While all is fair in love and war, established laws of competition govern in the California business arena; specifically California’s Unfair Competition Law (“UCL”) (found under California Business & Professions Code Section 17200 et seq.). Under the UCL, unfair competition refers to any unlawful, unfair or fraudulent business act or practice and unfair, deceptive, untrue or misleading advertising.
Unfair Competition in California
In other words, there are three varieties of unfair competition in California—acts or practices that are unlawful or, unfair, or fraudulent. While the UCL is typically in the headlines as a consumer protection statute, it can be used effectively to assert claims against an unfair business competitor as illustrated by a recent holding. In this case, Higbee, the plaintiff, was a law firm specializing in providing record expungement services. The defendant provided the same services, but did so using employees who were not licensed to practice law. Thus, the plaintiff alleged that the defendant was able to undercut the competition by using unlicensed persons to perform legal work, thereby saving on attorneys’ fees. Higbee also alleged that by doing this, the defendant diverted business from Higbee, thereby causing his firm injury and damage. In order to compete, Higbee claimed that he had to expend additional sums on advertising and lower his prices for expungement services.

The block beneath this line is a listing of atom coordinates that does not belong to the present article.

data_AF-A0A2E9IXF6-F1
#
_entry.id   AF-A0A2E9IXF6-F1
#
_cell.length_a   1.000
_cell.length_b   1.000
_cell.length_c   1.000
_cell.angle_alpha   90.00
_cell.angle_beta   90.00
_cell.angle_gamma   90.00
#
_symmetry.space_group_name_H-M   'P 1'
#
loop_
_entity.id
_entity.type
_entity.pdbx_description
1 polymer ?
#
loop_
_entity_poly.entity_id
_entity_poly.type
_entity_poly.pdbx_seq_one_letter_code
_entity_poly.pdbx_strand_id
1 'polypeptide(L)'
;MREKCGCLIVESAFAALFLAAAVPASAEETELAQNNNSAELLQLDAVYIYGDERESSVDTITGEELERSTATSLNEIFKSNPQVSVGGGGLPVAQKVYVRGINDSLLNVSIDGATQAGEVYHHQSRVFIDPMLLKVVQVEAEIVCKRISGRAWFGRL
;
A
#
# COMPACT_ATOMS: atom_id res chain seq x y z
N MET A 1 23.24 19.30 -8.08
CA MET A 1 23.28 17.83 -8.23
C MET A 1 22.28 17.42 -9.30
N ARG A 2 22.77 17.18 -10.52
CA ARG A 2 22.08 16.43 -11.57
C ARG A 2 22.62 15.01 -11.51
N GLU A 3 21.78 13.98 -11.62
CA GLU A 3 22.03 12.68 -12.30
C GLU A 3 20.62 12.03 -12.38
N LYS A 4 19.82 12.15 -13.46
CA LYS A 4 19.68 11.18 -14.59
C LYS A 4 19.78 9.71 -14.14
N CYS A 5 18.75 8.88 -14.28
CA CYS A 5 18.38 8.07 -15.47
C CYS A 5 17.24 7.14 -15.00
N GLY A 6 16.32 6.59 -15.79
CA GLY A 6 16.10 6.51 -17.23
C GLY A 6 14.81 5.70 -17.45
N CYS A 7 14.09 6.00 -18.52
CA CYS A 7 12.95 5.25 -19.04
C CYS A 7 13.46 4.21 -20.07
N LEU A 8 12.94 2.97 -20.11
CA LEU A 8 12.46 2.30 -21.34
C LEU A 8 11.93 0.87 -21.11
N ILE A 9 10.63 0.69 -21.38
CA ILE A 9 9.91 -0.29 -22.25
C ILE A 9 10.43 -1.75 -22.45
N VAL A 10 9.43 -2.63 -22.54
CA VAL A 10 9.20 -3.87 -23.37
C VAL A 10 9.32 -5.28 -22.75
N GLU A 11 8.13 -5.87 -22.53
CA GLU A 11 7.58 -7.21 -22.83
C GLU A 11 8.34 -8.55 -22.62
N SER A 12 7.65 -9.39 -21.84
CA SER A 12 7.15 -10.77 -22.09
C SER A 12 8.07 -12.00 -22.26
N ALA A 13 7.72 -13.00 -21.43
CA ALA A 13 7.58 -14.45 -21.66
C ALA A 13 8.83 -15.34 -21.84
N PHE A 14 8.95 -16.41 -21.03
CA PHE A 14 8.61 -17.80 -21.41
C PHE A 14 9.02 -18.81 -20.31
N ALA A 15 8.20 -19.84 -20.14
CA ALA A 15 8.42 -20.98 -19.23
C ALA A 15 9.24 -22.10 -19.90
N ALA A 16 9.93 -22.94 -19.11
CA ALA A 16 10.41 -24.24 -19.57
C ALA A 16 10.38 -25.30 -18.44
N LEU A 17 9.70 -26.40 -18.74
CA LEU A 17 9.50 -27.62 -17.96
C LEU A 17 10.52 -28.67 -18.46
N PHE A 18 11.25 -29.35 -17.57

The trial court essentially sided with the defendant, finding that because Higbee had no direct business dealings with the defendant, he lacked standing to assert a cause of action under Section 17200. To have standing to bring a UCL claim, a business or consumer must have suffered an actual injury and have lost money or property as a result of the unfair competition.
Standing to bring an unfair competition claim
Things turned around at the appellate level, however, and in a win for business owners, the Court of Appeal reversed the trial court’s opinion, holding that Section 17200 was enacted to protect BOTH consumers and competitors by promoting fair competition in commercial markets for goods and services. The Court noted that the UCL was originally conceived to protect business competitors, and that the deterrence of unfair competition between businesses is an important goal of the UCL. Accordingly, the Court held that the lack of direct dealings between the two business competitors is not necessarily fatal to UCL standing provided the plaintiff competitor has suffered injury in fact and lost money or property as a result of the defendant competitor’s unfair competition.
Takeaway for business owners dealing with unfair competition
The takeaway for business owners throughout the state is that a business who loses customers, market share and profits (that is, suffers monetary injury in fact) because of the unfair competition of a competing business can bring a UCL action and seek injunctive relief.
To discuss bringing a claim for unfair competition, contact experienced business lawyer Drew E. Pomerance today.